Meiji’s takoyaki candy kit08 August, 2012 by Chad
Meiji’s Takoyakiyasan (たこやきやさん) is probably one of the more interesting novelty candy toys we’ve come across. Despite its simple packing and cheaper price of 158 yen, it is perhaps also the most complete Japanese DIY candy set we’ve encountered so far, after the famous viral DIY Sushi Candy one. Here we try making some gummy octopus balls.
As with many other Japanese candies, the Takoyakiyasan kit has constantly changed its packaging since its launch in 2008. 2012’s newer incarnation looks more like this but its contents are pretty much always the same. Meiji also carries another similar festival themed Takoyakiyasan product, though I’m not sure how they would differ.
As you can see from the video above, there’s quite a few steps involved in making the candy takoyaki. Considering that process is the main point for such kits though, this should be seen as a plus. Everything required is available straight out the packet and the steps are easy enough to follow even for younger children.
To start things off, you’ve got to mix the main satchel here with a little bit of water in the side tray provided and pour the resultant mixture into the takoyaki mold. We did make one mistake though, and in our haste poured out all of the takoyaki “batter”, when we were really supposed to just fill the tray half full, top it off with the gummy octopuses then cover it up with the rest of the mix. But, we spent a little time spinning the takoyaki balls around the gummy octopus and all was good.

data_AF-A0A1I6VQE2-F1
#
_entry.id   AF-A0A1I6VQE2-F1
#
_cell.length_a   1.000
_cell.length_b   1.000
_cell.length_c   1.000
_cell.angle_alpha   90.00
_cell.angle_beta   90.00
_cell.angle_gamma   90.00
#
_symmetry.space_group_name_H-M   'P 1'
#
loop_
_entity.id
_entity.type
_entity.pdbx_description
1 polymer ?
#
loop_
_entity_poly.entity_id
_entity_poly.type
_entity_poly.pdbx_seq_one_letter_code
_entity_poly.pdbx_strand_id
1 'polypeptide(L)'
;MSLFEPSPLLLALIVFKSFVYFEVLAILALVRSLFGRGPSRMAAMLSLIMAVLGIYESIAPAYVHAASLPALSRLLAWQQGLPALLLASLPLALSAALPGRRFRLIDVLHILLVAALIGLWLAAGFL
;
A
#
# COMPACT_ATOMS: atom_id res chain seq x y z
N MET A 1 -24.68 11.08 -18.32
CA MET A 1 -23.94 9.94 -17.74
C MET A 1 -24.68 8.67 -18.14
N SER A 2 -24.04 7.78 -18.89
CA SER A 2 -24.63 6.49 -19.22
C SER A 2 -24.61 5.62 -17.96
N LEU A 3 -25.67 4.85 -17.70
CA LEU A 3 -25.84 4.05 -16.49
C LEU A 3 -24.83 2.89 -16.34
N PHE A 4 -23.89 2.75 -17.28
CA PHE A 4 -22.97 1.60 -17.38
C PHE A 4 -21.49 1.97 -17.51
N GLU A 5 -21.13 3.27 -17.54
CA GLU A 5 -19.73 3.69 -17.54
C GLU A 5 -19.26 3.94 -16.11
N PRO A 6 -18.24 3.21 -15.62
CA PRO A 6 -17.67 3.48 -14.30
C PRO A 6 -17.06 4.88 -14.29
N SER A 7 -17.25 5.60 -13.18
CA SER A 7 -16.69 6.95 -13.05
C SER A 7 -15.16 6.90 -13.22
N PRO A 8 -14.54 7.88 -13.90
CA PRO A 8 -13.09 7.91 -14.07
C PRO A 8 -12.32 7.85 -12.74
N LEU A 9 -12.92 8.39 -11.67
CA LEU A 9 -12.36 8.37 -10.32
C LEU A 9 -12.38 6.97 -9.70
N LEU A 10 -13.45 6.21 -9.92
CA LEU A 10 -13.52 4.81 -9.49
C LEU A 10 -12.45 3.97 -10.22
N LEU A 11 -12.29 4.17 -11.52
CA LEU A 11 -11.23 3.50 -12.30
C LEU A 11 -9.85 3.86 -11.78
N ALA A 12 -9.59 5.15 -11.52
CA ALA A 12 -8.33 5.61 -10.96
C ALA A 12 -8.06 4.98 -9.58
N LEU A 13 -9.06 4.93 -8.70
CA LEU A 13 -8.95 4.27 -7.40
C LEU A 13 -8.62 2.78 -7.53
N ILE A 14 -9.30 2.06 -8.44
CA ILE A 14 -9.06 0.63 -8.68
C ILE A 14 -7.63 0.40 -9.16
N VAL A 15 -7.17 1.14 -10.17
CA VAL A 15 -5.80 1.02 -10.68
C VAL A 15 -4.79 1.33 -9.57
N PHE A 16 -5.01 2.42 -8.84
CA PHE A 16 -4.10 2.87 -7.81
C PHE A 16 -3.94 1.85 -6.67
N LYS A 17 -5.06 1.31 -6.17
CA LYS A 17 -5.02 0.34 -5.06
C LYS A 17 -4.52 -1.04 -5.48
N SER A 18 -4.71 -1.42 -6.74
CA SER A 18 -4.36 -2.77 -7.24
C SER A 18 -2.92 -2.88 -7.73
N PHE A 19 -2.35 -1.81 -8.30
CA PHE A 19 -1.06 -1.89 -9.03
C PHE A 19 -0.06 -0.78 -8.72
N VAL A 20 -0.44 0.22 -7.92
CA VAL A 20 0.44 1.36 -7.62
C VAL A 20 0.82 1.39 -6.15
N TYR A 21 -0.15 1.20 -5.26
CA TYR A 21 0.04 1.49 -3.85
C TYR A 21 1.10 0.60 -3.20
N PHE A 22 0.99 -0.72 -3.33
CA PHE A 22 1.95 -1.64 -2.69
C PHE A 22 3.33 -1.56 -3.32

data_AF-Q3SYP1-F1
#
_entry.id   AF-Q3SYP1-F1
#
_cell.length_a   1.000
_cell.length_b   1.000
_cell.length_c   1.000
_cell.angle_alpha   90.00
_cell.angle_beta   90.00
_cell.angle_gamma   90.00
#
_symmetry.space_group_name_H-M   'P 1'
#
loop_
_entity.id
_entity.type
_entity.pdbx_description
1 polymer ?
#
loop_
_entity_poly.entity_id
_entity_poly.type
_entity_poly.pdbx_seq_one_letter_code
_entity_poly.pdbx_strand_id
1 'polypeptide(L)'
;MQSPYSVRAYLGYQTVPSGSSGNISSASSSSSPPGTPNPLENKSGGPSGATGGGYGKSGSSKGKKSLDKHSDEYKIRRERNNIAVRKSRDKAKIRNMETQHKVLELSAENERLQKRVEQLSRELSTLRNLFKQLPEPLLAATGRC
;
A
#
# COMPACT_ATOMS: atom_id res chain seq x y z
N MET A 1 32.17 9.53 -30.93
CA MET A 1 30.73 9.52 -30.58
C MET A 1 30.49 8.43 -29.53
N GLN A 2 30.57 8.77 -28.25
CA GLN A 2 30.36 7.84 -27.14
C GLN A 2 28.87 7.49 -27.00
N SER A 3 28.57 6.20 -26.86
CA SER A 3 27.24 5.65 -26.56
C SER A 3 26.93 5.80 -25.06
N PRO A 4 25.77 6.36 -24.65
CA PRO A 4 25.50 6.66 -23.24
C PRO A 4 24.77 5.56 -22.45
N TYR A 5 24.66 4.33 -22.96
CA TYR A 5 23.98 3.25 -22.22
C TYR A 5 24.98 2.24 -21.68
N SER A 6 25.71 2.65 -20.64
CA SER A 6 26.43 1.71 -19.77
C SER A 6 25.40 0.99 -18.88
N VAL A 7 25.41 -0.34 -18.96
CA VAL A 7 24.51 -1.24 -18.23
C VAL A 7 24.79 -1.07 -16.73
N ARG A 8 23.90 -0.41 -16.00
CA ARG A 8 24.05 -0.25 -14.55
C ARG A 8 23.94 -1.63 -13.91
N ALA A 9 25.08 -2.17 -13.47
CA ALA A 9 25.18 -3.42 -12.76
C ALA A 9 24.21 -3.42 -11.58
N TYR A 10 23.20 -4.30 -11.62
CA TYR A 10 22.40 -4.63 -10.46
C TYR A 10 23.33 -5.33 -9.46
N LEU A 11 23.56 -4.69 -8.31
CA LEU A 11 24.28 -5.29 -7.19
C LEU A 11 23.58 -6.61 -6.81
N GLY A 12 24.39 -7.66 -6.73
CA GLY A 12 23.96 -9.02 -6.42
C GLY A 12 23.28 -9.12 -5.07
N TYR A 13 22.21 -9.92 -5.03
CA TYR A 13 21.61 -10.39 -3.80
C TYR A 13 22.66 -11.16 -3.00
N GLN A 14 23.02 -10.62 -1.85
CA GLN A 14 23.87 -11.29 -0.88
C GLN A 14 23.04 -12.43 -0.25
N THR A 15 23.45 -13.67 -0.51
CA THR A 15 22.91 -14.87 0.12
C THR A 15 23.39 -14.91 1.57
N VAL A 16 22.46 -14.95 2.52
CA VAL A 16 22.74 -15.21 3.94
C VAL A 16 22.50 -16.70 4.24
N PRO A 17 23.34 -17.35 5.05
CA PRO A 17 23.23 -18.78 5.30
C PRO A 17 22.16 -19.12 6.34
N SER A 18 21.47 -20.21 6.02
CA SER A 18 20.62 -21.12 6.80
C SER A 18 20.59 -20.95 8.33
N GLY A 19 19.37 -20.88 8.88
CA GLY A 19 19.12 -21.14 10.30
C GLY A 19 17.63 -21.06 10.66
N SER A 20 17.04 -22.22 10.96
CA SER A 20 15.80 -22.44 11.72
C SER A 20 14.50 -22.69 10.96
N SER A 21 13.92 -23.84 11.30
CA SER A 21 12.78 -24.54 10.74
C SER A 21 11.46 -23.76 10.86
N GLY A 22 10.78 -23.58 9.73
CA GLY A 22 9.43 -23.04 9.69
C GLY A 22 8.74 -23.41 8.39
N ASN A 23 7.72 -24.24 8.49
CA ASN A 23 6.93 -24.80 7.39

You’ve only got 3 minutes between mixing up the batter, pouring it out and shaping the balls before it hardens into its final gummy state, so a little haste is required. When it’s finally done, its time to top the candy takoyaki balls with the packet of “sauce” (caramel syrup) and candy bits.
The result, though not exactly pretty due to our fumbling, was still better than many of the other novelty candies we’ve gone through recently. It’s also one of the more edible examples since you’re not required to handle your food directly at any point. In the end, most of the takoyaki ends up being pretty tasteless with just the gummy octopus being identical in taste to Meiji’s other seafood themed candy. Which is not bad at all.
If you find yourself amused by these Japanese do-it-yourself novelty candies, Takoyakiyasan will come as one of the better thought out kits. The fact that is themed after one of Japan’s most iconic street snacks will be an extra attraction for Japanophiles everywhere.
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